Monday, October 8, 2012
Reading Response: Secret Ingredients Part I
This weekend when I was reading the “Dining Out” section of Secret Ingredients, I caught myself thinking I was reading essays written by the same person at different periods of time. The essays are different and I could discern the different voices between the writers, but the pieces hold several common threads. The writers chronicle changes in cooking and eating traditions, describe la grande cuisine dining experiences in excruciating detail, and largely identify French cuisine as the best in the world. I found these themes intertwined in the essays, but the most important to me was the incredible level of francité throughout.
Five of the seven essays in “Dining Out” illustrate French meals. The disproportionate amount of French cuisine explored in this section made my mouth water and my head spin. I hope to study abroad in Clermont-Ferrand, France next year and I can’t contain my excitement. If all works out as I hope it will, I could spend nine months in a country with the most buttery dishes and beautiful pastries. The essays in Secret Ingredients are like guidebooks. When I was reading this weekend, I underlined street addresses and restaurant names with the false hope that I might have enough money to stop by and catch a glimpse of the described meals.
My imagined culinary tour of France began with Joseph Wechsberg in “The Finest Butter and Lots of Time.” When Wechsberg enters the domain of chef Fernand Point, he finds himself “suddenly, without any transition, in another world” (18). As he takes a tour of the restaurant and dines with M. Point, he receives--and then share with readers--countless bits of cooking wisdom from the famous chef and proprietor. “Du beurre, du beurre, du beurre, I keep telling my men--that’s the secret of good cooking. And time, lots of time,” M. Point advises (23). Later on, as Point serves Wechsberg a hors d’oeuvre, he says, “A good meal must be as harmonious as a symphony and as well constructed as a good play. As it progresses, it should gain in intensity.” (27). I made a few mental notes: when in France, only eat food cooked with plenty of butter, only eat food that’s taken time to prepare, and always pay attention to the compatibility of foods in a meal. That’s doable, right?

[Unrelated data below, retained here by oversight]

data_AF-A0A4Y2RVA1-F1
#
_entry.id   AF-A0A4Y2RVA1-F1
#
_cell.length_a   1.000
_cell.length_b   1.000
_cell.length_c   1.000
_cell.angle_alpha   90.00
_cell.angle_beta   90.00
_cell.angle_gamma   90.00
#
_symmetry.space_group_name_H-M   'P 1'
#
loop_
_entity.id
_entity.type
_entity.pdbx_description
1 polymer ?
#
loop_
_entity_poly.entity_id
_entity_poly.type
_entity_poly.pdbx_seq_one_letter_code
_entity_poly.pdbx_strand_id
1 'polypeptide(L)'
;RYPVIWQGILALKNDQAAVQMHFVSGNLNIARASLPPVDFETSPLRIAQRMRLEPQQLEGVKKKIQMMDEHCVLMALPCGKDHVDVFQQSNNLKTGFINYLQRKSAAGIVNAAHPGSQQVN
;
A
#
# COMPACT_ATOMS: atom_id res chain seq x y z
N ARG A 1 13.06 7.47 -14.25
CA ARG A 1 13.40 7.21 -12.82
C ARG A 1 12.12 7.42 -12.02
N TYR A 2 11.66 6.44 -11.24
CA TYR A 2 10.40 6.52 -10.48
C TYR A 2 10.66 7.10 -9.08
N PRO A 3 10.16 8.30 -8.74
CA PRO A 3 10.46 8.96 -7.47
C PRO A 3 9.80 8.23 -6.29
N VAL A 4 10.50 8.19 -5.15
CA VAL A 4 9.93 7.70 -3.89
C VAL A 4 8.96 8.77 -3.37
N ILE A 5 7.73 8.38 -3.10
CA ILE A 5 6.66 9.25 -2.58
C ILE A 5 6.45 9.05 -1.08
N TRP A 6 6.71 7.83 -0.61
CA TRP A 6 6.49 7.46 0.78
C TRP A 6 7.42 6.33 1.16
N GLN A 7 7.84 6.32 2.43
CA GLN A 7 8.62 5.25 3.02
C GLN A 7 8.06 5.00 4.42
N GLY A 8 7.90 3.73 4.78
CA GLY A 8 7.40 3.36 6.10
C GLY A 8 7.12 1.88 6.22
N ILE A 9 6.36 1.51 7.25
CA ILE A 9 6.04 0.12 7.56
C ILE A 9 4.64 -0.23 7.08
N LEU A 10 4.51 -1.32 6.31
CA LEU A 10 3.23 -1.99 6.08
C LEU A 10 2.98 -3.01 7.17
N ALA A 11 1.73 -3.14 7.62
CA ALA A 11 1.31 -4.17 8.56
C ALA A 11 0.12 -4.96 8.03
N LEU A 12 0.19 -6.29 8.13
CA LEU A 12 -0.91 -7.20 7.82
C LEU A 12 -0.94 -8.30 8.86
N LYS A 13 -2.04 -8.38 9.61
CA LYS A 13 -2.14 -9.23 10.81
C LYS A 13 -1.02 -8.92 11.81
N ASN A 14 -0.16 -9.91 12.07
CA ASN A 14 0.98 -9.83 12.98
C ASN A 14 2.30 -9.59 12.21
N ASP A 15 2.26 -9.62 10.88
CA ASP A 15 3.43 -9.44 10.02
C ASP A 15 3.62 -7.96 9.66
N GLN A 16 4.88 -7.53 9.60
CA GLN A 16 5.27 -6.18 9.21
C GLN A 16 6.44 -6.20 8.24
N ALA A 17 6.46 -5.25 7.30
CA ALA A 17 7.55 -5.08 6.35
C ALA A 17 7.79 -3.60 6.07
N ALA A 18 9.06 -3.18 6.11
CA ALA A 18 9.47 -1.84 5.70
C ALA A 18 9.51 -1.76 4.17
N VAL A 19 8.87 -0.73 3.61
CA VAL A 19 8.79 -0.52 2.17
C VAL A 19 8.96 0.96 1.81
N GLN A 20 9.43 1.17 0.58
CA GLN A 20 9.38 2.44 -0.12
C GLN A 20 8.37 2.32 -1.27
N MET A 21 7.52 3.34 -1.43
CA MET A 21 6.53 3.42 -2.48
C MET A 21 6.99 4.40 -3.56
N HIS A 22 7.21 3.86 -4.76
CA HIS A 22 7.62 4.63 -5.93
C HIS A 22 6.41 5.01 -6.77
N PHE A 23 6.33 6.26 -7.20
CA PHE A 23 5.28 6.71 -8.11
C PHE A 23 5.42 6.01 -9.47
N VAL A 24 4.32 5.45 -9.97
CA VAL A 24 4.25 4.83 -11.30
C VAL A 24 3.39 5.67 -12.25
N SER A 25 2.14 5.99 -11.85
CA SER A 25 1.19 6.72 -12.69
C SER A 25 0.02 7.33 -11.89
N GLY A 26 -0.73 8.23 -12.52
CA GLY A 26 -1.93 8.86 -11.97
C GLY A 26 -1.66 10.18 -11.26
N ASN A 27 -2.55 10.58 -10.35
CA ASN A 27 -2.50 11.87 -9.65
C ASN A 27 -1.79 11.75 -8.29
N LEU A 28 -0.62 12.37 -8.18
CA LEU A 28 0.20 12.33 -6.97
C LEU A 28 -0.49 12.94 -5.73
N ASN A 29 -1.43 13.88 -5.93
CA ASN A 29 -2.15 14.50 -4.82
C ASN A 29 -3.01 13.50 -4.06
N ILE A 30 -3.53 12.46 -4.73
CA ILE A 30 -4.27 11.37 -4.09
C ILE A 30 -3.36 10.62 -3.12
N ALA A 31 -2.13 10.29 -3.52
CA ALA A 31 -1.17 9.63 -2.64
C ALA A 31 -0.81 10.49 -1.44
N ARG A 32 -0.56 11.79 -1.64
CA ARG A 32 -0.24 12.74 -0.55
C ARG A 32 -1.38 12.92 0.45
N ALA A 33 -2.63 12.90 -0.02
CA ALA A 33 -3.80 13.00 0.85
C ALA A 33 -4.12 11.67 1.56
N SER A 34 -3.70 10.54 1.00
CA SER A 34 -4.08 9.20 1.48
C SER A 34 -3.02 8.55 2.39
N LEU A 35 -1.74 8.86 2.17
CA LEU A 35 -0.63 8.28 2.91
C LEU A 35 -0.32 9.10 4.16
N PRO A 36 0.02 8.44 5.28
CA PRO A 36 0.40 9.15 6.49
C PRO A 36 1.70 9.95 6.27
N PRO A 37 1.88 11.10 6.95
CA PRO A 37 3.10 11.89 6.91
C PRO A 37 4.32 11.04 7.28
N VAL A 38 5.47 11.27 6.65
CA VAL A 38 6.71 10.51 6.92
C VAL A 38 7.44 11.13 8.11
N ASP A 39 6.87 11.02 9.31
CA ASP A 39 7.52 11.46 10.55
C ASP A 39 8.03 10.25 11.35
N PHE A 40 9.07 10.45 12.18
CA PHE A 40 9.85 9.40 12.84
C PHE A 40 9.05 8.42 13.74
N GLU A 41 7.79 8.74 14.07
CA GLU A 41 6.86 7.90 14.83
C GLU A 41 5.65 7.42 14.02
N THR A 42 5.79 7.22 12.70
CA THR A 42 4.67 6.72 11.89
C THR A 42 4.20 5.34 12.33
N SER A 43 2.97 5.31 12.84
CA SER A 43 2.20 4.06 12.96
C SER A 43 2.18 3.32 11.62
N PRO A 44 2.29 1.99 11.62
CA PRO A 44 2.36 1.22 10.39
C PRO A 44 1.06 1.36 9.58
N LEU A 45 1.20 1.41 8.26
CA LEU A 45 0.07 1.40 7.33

It took me until Jim Harrison’s “A Really Big Lunch” to admit just how not doable my imagined French food paradise is for me to achieve. As Harrison described munching on a thirty-seven course lunch hosted by Gérard Depardieu, reality set in. La grande cuisine is not accessible to nineteen-year-old college students on study abroad. As Harrison wrestles with the “interior logic of overeating,” he acknowledges that a life centered on gastronomical pleasure isn’t accessible to everyone (90). He estimates that the thirty-seven course lunch he shared with Depardieu and ten other guests cost as much as a Volvo station wagon, but that he’d much rather have the lunch than the station wagon. Eating the ways he and the other featured writers eat is a choice: a true gourmand, Harrison ventures, is someone who keeps eating when no longer hungry.
Harrison claims he took “a long road from a childhood in rural Michigan to being the sort of man who gets invited to a thirty-seven-course lunch” (91). This claim gives me hope. Perhaps I’m not going to be dining with M. Point and Gérard Depardieu come September, but eventually, with storytelling and journalism as my guise, I could get there someday.